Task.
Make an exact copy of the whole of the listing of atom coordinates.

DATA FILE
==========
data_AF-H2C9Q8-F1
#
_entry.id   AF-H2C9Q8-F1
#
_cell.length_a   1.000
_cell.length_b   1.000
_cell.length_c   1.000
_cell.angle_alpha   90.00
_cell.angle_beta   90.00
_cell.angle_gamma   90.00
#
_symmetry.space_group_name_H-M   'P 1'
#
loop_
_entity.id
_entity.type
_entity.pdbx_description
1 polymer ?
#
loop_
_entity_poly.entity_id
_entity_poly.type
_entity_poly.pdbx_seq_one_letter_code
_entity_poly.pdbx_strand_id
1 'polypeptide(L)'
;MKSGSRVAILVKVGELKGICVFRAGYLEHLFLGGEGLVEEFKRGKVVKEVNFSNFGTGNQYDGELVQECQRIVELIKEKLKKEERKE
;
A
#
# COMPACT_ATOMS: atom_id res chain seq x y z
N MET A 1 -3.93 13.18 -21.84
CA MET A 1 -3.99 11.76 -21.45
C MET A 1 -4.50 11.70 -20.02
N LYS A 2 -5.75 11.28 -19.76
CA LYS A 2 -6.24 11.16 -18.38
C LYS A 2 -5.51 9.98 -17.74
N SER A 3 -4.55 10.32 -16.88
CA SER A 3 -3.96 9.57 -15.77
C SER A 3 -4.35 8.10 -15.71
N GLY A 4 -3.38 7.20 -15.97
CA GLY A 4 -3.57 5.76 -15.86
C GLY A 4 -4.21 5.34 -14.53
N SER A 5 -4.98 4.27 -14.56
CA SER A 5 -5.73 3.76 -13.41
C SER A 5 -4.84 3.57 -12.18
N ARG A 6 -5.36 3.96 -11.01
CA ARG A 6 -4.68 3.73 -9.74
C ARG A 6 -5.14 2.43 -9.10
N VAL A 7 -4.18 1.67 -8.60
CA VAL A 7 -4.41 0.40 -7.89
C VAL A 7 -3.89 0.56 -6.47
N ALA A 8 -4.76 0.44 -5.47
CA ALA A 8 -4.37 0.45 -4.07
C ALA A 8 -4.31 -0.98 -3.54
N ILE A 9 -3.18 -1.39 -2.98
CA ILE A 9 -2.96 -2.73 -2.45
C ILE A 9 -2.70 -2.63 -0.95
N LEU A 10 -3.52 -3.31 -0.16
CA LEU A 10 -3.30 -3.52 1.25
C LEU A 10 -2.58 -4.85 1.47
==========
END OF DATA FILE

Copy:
data_AF-H2C9Q8-F1
#
_entry.id   AF-H2C9Q8-F1
#
_cell.length_a   1.000
_cell.length_b   1.000
_cell.length_c   1.000
_cell.angle_alpha   90.00
_cell.angle_beta   90.00
_cell.angle_gamma   90.00
#
_symmetry.space_group_name_H-M   'P 1'
#
loop_
_entity.id
_entity.type
_entity.pdbx_description
1 polymer ?
#
loop_
_entity_poly.entity_id
_entity_poly.type
_entity_poly.pdbx_seq_one_letter_code
_entity_poly.pdbx_strand_id
1 'polypeptide(L)'
;MKSGSRVAILVKVGELKGICVFRAGYLEHLFLGGEGLVEEFKRGKVVKEVNFSNFGTGNQYDGELVQECQRIVELIKEKLKKEERKE
;
A
#
# COMPACT_ATOMS: atom_id res chain seq x y z
N MET A 1 -3.93 13.18 -21.84
CA MET A 1 -3.99 11.76 -21.45
C MET A 1 -4.50 11.70 -20.02
N LYS A 2 -5.75 11.28 -19.76
CA LYS A 2 -6.24 11.16 -18.38
C LYS A 2 -5.51 9.98 -17.74
N SER A 3 -4.55 10.32 -16.88
CA SER A 3 -3.96 9.57 -15.77
C SER A 3 -4.35 8.10 -15.71
N GLY A 4 -3.38 7.20 -15.97
CA GLY A 4 -3.57 5.76 -15.86
C GLY A 4 -4.21 5.34 -14.53
N SER A 5 -4.98 4.27 -14.56
CA SER A 5 -5.73 3.76 -13.41
C SER A 5 -4.84 3.57 -12.18
N ARG A 6 -5.36 3.96 -11.01
CA ARG A 6 -4.68 3.73 -9.74
C ARG A 6 -5.14 2.43 -9.10
N VAL A 7 -4.18 1.67 -8.60
CA VAL A 7 -4.41 0.40 -7.89
C VAL A 7 -3.89 0.56 -6.47
N ALA A 8 -4.76 0.44 -5.47
CA ALA A 8 -4.37 0.45 -4.07
C ALA A 8 -4.31 -0.98 -3.54
N ILE A 9 -3.18 -1.39 -2.98
CA ILE A 9 -2.96 -2.73 -2.45
C ILE A 9 -2.70 -2.63 -0.95
N LEU A 10 -3.52 -3.31 -0.16
CA LEU A 10 -3.30 -3.52 1.25
C LEU A 10 -2.58 -4.85 1.47